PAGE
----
Leasing a car can be a good way to get a new car with a much cheaper monthly payment than you would if you bought the car. But to get the most benefit out of your leasing deal, you need to avoid these common mistakes that people make when leasing a car.
Paying Too Much Up Front
Most people looking to lease a car get focused on the monthly payment. But an important factor to keep in mind is how much you are required to pay up front. A low monthly payment seems nice, but if you have to pay $3,000 up front to get that, it’s the equivalent of an additional $90 a month on three-year lease.
Also, if you were to total the car early on in the lease or if it got stolen, your insurer would reimburse the leasing company for the value of the car and you most likely would be out the upfront money you spent.
Underestimating How Much You Drive
Car leases can be great deals, as long as you don’t drive your car a lot. Most leases allow only 10,000 to 12,000 miles a year, which isn’t very much for someone who has a substantial work commute or who travels out of town by car often. If you go over the miles allotted in your lease, the penalties can be very steep, as much as 10 to 15 cents per mile. If you routinely drive more than 10,000 miles a year, a lease may not be for you.
Leasing for Too Long
One of the biggest advantages of leasing is that you get a new car that will be under warranty the entire time you drive it. That’s why leases typically last only two or three years. You can find leases that go longer, but most experts would advise against it. If you lease longer than the car’s bumper-to-bumper warranty lasts, you could find yourself on the hook for repair costs while you are still paying for the lease.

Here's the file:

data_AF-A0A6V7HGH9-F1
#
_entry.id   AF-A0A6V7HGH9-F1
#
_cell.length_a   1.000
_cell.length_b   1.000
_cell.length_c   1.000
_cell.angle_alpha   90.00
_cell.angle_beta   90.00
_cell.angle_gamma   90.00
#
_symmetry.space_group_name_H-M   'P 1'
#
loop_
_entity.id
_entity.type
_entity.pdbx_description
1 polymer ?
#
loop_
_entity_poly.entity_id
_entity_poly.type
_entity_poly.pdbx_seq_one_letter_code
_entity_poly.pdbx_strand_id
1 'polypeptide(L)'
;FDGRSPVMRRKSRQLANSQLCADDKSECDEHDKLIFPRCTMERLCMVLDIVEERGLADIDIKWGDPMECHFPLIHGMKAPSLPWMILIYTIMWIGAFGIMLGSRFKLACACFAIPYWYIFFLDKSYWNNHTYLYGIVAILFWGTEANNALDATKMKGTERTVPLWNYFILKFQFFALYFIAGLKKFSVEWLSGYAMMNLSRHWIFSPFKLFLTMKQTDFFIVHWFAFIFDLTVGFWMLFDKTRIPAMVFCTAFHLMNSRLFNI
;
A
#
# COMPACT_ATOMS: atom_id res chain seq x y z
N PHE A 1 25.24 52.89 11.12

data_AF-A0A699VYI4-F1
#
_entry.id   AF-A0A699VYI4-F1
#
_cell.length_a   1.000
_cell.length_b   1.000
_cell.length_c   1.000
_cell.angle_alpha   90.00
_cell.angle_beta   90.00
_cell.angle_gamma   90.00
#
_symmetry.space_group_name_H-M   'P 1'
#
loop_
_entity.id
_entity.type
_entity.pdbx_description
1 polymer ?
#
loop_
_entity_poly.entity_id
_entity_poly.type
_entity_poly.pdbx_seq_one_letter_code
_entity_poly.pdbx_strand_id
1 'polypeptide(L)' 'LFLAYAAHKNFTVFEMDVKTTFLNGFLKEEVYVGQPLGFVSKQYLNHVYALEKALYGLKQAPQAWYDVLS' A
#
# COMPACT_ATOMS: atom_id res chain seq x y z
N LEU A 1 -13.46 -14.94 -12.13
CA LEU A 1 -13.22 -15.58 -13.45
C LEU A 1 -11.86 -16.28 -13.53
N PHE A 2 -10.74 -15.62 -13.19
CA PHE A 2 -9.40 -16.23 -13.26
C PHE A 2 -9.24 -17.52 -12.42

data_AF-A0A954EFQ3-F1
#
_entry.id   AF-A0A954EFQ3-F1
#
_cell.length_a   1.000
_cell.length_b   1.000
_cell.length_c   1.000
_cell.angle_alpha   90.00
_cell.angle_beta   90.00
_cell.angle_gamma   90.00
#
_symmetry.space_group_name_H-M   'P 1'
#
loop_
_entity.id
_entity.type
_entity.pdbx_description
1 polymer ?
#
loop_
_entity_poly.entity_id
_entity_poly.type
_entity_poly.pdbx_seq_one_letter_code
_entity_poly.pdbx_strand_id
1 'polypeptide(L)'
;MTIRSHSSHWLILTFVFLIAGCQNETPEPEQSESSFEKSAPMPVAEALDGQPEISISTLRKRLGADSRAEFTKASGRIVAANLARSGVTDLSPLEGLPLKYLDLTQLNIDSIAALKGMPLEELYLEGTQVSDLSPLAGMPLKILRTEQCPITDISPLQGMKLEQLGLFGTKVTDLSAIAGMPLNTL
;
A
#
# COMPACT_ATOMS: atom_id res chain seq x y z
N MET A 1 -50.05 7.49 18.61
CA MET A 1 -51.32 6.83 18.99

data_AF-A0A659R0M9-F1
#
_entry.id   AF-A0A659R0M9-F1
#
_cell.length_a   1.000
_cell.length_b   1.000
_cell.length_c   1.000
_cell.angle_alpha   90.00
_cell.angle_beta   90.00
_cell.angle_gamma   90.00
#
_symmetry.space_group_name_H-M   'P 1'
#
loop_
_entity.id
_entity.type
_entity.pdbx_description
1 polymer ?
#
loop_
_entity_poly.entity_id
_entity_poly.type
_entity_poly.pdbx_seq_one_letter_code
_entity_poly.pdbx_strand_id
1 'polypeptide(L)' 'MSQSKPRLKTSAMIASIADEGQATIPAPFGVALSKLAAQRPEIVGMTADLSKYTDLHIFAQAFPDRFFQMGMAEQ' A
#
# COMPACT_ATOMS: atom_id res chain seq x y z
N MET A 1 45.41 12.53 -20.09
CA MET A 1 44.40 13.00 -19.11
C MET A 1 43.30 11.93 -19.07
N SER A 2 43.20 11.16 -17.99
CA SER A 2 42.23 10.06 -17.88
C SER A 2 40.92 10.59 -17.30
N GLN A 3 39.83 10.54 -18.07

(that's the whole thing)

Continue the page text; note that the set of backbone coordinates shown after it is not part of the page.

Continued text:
Not Taking Care of the Car
Most people who lease a car don’t plan on buying it once the lease is done, which means they have to return it to the dealership or leasing company once the lease ends. If that is your plan, you have to keep the car in relatively good shape, but not all people do that.
It also means that you are required to make sure all scheduled maintenance, such as oil changes, is performed. Most lease contracts allow for penalties if the car is nor returned in reasonable shape. If your leased car has excessive scratches or door dings, tires with overly worn tread or windshield cracks, you could be faced with a big bill when you return the car.
Ending the Lease Early
One of the great things about leasing a car is that you don’t wind up stuck with a car long term that you don’t like and you don’t have to worry about selling it to get rid of it. But if you are going to enter into a lease, you have to be sure you can commit to the full term.
Leases come with steep early termination penalties that can run several hundred or even several thousand dollars. If you find out you can’t afford the payments or if your circumstances change, you are out of luck. There usually is no provision in lease contracts to end the lease early without paying a penalty.
Leasing a car can be a good decision that can allow you to afford a new car. However, if you don’t avoid these mistakes, it could wind up being a lot more costly than you expected.